Being an American, I happen to like guns.* I also really like ICRPG. To date I have not always loved the experience of bringing firearms and gunplay together with my preferred RPG system for a smooth-running and satisfying experience.
Debates about the pros and cons of Master Edition’s addition of the Gun Effort category and associated reordering of the effort dice aside, just as some members here have decided for their tables that parsing melee weapon classes into different categories makes sense for the application of effort mechanics and damage dealing, I understand that the same approach could be applied to firearms.
Our fearless leader has defined “significant math” as one of ICRPG’s core principles; the system is streamlined and easy to intuit because the rules tend to lean toward more meaningful differences and changes within the mechanics of the game, emphasizing a coarse granularity between conceptual categories rather than bogging the system down with countless fine distinctions specific to individual instances within the same broad category of constructs or concepts that, in the end, don’t have a meaningful statistical impact on the results of the action or the in-game narrative.
Just as most ICRPG GMs and players quickly get comfortable with CLOSE, NEAR, and FAR distances on the tabletop, where 25 feet and 30 feet are considered “about the same” for purposes of play, it is proffered in the rules as written that (most) weapons do pretty much the same spread of damage—D6 weapon damage, from a pen knife to a claymore—which means three hits (on average) will (almost) certainly kill a healthy normal person, whether they are incapacitated and bleeding out over the course of a minute or virtually decapitated on the final blow. We all know this is not completely “realistic,” but we are willing to find it sufficiently realistic within the game, owing to the benefits that choice offers us during play. If we adopt such a supplied rule, we never have to look up a basic melee weapon’s damage output in a rulebook, and during character creation we are free to flavor our PCs to fit a preferred theme, concept, or archetype without weighing in-game consequences.
If a collapsible nightstick and a morningstar do the same melee damage, then, by extension, we could agree that a .22 and a .44 magnum handgun both shoot a “bullet”, which puts a “hole” in a target creature for D6 (old rules and many hacks) or D8 damage. By the same reasoning used with melee weapons, I can live with that, even though my knowledge and experience both with firearms and with injury epidemiology inform me that it isn’t particularly “realistic.” It’s a convenient inaccuracy that provides an elegant workable solution.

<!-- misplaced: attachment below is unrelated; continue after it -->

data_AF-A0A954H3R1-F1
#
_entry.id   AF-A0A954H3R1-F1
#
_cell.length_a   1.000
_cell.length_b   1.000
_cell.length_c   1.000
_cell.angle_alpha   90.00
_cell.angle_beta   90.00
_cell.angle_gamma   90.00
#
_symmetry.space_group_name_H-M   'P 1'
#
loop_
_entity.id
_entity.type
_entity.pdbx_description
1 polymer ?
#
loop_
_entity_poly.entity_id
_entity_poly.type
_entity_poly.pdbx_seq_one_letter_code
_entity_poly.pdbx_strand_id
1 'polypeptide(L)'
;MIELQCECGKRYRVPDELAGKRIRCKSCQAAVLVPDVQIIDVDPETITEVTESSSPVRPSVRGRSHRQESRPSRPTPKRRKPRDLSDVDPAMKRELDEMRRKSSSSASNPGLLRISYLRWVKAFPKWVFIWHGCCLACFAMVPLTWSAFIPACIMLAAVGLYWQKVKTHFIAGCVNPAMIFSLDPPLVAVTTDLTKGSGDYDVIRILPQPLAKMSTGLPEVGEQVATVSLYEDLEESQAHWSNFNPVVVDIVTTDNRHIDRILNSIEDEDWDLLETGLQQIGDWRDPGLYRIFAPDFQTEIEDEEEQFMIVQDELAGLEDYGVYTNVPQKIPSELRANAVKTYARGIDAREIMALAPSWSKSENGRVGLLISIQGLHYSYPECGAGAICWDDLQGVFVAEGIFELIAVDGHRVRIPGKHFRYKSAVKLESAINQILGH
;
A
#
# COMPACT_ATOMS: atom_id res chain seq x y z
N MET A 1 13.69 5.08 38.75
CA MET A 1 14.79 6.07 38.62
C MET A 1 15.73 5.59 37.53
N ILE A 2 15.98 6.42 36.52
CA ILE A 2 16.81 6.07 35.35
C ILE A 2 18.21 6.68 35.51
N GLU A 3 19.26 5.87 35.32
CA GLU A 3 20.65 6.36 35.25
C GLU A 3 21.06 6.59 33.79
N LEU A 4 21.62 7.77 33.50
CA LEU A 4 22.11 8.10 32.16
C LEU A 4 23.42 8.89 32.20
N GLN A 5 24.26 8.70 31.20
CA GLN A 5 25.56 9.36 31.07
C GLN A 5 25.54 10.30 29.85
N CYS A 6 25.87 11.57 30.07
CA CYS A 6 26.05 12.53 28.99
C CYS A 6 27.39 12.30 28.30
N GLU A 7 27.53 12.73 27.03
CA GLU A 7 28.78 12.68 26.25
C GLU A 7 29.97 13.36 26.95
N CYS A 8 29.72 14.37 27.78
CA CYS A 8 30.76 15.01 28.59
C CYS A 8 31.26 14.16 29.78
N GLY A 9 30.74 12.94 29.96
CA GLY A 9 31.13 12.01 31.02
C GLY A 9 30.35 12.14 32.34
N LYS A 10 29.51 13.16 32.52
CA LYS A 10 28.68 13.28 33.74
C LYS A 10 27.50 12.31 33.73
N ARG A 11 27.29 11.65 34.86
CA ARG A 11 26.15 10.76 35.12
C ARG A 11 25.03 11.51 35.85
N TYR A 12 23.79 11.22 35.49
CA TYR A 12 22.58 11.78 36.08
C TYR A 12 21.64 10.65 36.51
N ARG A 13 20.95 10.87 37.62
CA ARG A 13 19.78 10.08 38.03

However, while most melee weapons apply either a “pointy end” or a “smashy end” to a target for the same roughly equivalent effect when viewed in broad strokes, the endless variety and nuance in both early and modern firearms may sometimes prompt GMs and players to find at least some meaningful differences across the very broad range of historical, current, and speculative applications of ballistic technology.
There are two approaches one could consider in creating new pseudorealistic gun mechanics: 1) respecting the power level of the projectiles and 2) respecting the rate of fire.
The first, power level, except at the extremes of the continuum, may be significantly less useful to model accurately in a fast-and-fun tabletop RPG context. While the guys hanging around your local gun shop will debate the underlying minutiae regarding calibers, ballistics, and stopping without end as long as there’s free coffee (and there is nothing wrong with this), common Western service pistol and carry handgun calibers all have relatively similar efficacy (insert grain of salt here) for incapacitation and “ending the fight” by various measures, even though muzzle velocities and muzzle energy vary significantly. People who get shot once or twice tend to die—or at least lie down on the ground and think about dying.
Therefore, for an in-game mechanic where firearms are but one tool in a vast array of roleplay action options available to characters rather than the primary aim (pun intended) of the game, mincing over caliber concerns may not give GMs the best bang for the buck (again, pun intended).